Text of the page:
Coffee Shops Expand Alcohol ActivitiesJune 27, 2013
This fall, Starbucks will expand its Starbucks Evenings concept—coffeehouses that offer beer and wine. Additional Evenings venues will be launched in southern California, Atlanta, Chicago and the Pacific Northwest. Starbucks currently operates 20 Evenings locations—all in those markets, as well as at Washington Dulles International Airport. The company says the concept is seeing steady traffic during after-work hours and on weekends.
Starbucks is hardly the only coffeehouse brand offering beer and wine these days. The Chicago-based Coffee Studio added beer and wine to its menu in December, and co-owner Lee Corrina Cano says the move has boosted sales. “Previously, we did most of our business before 10 or 11 a.m.,” says Cano. “But we still have to pay the rent and pay our workers later in the day, so adding beer and wine made sense.”
Kudu Coffee & Craft Beer in Charleston, South Carolina installed four beer taps a few months ago. They’ve been so popular that the venue will soon expand to 15-16 taps. Co-owner Jason Bell now hosts regular beer events, including tap takeovers and meet-the-brewer nights.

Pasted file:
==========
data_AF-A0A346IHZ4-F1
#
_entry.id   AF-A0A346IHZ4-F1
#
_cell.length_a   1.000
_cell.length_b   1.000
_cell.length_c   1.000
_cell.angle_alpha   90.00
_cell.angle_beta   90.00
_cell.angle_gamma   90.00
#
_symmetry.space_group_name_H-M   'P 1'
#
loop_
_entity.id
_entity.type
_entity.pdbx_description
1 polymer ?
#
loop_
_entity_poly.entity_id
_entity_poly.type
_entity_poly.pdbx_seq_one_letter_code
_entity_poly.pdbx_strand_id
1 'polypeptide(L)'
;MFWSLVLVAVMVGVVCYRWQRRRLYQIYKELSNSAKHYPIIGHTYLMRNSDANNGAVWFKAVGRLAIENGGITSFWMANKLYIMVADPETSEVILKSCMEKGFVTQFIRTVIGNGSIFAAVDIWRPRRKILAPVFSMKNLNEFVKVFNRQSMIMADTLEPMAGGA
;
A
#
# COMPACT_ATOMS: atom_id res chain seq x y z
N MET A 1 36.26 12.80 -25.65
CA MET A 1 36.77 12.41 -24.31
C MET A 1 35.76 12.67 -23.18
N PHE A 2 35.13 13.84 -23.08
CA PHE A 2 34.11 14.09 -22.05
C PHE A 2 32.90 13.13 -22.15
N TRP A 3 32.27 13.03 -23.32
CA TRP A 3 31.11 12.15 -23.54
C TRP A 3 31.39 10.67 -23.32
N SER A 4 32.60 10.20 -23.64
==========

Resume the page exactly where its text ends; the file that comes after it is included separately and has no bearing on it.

“Coffee bars and cafés are increasingly venturing into the beer and wine space,” says Melanie Corey-Ferini, director of design at Dynamik Space, a Seattle-based design company that specializes in coffee shops and cafés. “It’s an additional revenue stream and draws customers for more hours of the day.” And the demographics tend to overlap. “Coffeehouse customers are usually passionate about coffee and craft beer,” Corey-Ferini adds.
Nick Carroll, assistant manager at Mudsmith, a Dallas coffee shop that opened earlier this year, says putting beer and wine on the menu has been good for business. Mudsmith offers seven craft beers on tap, priced between $6-$8. A beer-coffee cocktail called Fracker Bomb—comprised of Revolver Brewing’s Mother’s Little Fracker Stout and a shot of espresso ($8)—is particularly popular.
Most industry observers expect the trend to accelerate, as it’s a potent blend of mutual interests: coffee shops are excellent upscale marketing venues for beverage alcohol, and coffee shop operators are enjoying the incremental revenue.